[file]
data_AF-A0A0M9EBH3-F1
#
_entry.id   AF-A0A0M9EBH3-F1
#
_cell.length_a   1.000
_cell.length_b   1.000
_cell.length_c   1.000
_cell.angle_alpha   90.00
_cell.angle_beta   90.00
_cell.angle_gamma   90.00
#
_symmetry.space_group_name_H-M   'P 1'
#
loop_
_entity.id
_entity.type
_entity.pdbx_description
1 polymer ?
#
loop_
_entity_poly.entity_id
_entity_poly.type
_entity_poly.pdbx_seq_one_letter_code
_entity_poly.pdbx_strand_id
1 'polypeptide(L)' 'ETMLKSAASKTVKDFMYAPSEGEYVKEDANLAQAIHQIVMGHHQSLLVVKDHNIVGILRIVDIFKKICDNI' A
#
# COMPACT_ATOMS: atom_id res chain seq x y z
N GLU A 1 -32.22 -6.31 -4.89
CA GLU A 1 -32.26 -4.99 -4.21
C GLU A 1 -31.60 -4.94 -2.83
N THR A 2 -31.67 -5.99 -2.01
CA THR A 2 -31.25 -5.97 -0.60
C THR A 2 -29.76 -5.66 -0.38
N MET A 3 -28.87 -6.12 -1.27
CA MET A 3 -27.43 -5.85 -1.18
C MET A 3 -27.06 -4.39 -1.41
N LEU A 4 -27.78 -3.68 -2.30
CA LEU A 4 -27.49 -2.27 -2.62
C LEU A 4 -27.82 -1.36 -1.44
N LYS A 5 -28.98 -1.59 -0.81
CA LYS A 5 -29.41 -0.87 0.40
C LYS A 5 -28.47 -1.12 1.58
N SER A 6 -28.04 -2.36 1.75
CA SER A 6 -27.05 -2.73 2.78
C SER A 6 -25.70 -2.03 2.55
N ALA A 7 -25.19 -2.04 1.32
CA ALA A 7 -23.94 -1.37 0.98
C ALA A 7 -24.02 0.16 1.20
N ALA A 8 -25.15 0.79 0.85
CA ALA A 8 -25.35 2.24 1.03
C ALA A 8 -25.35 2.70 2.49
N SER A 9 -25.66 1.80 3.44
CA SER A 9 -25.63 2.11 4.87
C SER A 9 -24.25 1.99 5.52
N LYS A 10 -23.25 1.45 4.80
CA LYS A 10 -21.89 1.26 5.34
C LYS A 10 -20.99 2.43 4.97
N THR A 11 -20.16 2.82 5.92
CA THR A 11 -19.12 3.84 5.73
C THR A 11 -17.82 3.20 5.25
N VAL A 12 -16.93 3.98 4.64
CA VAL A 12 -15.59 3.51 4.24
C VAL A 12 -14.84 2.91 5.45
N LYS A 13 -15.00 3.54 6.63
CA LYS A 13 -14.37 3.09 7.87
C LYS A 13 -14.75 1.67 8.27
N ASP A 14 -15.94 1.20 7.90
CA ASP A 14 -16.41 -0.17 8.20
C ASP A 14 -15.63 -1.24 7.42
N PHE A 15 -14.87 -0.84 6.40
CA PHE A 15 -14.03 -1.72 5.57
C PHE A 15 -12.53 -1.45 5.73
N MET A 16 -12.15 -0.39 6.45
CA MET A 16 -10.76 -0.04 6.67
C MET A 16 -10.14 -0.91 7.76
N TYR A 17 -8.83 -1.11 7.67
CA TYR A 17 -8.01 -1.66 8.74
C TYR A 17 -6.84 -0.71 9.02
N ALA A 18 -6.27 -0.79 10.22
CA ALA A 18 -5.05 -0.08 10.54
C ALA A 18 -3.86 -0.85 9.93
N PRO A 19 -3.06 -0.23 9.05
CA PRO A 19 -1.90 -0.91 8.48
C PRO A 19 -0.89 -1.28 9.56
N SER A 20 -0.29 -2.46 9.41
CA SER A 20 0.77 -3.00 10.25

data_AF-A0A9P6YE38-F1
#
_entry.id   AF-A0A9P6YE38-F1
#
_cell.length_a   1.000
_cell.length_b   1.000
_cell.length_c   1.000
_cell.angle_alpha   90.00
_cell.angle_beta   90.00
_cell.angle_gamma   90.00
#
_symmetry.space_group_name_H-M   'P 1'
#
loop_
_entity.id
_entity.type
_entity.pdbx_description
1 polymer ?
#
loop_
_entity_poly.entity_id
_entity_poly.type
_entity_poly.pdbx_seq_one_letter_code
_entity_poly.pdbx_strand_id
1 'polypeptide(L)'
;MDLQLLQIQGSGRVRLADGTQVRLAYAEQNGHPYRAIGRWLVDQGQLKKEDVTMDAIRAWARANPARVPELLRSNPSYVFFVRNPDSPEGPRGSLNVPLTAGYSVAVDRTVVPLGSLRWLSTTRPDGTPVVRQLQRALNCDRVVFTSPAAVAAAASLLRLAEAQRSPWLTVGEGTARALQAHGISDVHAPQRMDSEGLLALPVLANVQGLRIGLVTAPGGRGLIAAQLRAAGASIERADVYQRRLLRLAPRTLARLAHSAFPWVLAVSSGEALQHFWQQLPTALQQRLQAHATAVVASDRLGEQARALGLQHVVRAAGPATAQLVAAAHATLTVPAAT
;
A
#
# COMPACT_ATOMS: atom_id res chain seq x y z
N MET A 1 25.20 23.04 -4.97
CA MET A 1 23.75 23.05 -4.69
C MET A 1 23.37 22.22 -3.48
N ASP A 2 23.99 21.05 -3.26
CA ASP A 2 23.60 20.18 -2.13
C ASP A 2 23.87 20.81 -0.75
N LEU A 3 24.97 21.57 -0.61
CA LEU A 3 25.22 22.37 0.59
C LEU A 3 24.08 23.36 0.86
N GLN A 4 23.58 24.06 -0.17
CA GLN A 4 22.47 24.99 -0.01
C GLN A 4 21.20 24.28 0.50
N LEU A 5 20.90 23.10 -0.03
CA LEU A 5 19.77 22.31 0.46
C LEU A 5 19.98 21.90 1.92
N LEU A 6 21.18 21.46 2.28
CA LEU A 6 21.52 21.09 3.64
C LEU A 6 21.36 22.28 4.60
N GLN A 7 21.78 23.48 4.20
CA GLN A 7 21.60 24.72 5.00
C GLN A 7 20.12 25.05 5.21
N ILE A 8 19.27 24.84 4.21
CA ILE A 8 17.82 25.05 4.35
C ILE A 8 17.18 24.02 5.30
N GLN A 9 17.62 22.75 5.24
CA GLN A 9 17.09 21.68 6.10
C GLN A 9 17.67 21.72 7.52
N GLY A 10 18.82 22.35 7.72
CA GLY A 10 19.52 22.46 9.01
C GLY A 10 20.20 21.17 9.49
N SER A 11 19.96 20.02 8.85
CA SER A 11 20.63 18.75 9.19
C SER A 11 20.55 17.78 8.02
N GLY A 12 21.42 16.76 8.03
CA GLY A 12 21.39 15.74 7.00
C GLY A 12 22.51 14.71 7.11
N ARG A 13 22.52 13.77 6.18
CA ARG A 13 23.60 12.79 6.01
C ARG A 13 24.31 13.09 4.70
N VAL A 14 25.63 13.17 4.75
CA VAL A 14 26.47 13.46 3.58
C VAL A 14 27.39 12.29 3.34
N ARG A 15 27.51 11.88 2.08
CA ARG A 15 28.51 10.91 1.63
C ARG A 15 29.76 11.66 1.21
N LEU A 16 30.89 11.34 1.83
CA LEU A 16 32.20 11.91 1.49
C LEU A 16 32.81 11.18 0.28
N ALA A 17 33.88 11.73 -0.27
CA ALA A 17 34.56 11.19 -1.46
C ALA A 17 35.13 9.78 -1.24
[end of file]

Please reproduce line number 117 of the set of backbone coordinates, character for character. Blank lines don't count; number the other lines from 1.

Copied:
N MET A 1 25.20 23.04 -4.97